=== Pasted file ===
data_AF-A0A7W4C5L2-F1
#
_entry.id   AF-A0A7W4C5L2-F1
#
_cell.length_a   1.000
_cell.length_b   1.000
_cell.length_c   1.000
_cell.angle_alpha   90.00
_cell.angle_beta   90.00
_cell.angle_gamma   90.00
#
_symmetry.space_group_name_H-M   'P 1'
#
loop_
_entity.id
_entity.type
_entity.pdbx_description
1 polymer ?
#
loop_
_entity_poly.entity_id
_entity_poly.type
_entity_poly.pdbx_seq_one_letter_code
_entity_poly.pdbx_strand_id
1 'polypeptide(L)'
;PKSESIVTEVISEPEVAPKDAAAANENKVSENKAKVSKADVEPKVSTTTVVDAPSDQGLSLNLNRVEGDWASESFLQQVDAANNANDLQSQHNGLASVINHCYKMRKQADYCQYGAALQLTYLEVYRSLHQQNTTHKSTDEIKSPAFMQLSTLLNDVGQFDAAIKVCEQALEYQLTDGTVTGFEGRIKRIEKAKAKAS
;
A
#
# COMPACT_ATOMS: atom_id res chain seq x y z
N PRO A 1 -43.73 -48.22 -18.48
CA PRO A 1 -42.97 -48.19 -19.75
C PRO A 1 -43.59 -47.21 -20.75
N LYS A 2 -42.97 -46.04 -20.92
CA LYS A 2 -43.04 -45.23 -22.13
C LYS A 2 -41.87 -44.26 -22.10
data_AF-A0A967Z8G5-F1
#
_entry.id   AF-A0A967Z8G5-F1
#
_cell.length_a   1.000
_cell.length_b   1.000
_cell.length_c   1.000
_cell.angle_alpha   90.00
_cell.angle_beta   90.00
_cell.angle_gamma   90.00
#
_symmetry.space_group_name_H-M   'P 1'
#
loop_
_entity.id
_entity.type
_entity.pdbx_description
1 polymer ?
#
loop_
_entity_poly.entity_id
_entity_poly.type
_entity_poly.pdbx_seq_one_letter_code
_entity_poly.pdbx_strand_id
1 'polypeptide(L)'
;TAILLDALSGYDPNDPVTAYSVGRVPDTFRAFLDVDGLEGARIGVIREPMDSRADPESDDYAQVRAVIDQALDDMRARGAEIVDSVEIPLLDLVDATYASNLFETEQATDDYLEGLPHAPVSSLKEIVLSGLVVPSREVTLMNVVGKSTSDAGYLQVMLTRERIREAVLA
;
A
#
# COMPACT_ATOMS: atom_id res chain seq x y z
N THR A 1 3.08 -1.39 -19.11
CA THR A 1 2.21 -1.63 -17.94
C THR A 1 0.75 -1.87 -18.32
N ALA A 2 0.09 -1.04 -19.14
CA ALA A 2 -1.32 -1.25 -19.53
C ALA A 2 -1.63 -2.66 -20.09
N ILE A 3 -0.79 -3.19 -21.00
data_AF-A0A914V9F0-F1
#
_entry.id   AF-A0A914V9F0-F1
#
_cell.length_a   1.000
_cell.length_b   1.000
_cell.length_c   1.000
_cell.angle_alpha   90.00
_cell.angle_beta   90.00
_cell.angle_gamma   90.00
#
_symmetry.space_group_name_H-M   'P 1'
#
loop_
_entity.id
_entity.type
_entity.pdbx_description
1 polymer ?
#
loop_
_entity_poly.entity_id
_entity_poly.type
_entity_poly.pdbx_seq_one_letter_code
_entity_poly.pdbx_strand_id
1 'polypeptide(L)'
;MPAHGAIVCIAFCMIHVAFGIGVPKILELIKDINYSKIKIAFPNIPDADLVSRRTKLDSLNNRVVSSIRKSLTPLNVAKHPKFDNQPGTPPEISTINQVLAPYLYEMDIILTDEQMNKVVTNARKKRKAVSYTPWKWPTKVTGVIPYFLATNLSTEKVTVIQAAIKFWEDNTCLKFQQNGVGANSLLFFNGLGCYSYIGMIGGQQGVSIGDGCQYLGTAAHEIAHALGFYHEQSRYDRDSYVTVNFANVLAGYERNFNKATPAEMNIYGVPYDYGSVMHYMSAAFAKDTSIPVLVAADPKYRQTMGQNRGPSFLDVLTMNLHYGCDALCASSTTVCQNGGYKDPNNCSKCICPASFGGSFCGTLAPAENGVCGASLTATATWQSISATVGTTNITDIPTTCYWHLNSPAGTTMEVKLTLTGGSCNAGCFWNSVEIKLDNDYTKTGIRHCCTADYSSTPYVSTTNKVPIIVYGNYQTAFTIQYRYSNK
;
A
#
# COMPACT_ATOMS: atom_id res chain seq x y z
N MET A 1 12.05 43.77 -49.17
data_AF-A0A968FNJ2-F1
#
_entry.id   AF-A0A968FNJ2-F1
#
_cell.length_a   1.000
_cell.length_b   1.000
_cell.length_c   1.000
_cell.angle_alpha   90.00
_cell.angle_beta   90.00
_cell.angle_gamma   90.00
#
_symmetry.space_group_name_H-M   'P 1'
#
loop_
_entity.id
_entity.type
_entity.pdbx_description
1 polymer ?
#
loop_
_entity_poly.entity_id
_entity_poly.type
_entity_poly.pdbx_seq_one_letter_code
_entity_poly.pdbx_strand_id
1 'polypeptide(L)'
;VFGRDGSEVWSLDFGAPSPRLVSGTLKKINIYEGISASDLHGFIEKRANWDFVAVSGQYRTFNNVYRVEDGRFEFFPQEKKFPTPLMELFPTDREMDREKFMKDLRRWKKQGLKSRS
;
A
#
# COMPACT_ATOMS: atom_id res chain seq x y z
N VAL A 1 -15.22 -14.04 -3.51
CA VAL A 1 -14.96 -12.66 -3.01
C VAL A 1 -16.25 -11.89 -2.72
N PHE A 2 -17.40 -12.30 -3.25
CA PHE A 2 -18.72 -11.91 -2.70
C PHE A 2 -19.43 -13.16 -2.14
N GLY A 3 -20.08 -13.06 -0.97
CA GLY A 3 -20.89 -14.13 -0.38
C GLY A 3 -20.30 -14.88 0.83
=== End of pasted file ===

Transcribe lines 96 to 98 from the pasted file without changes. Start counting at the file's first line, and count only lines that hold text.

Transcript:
_entity_poly.pdbx_seq_one_letter_code
_entity_poly.pdbx_strand_id
1 'polypeptide(L)'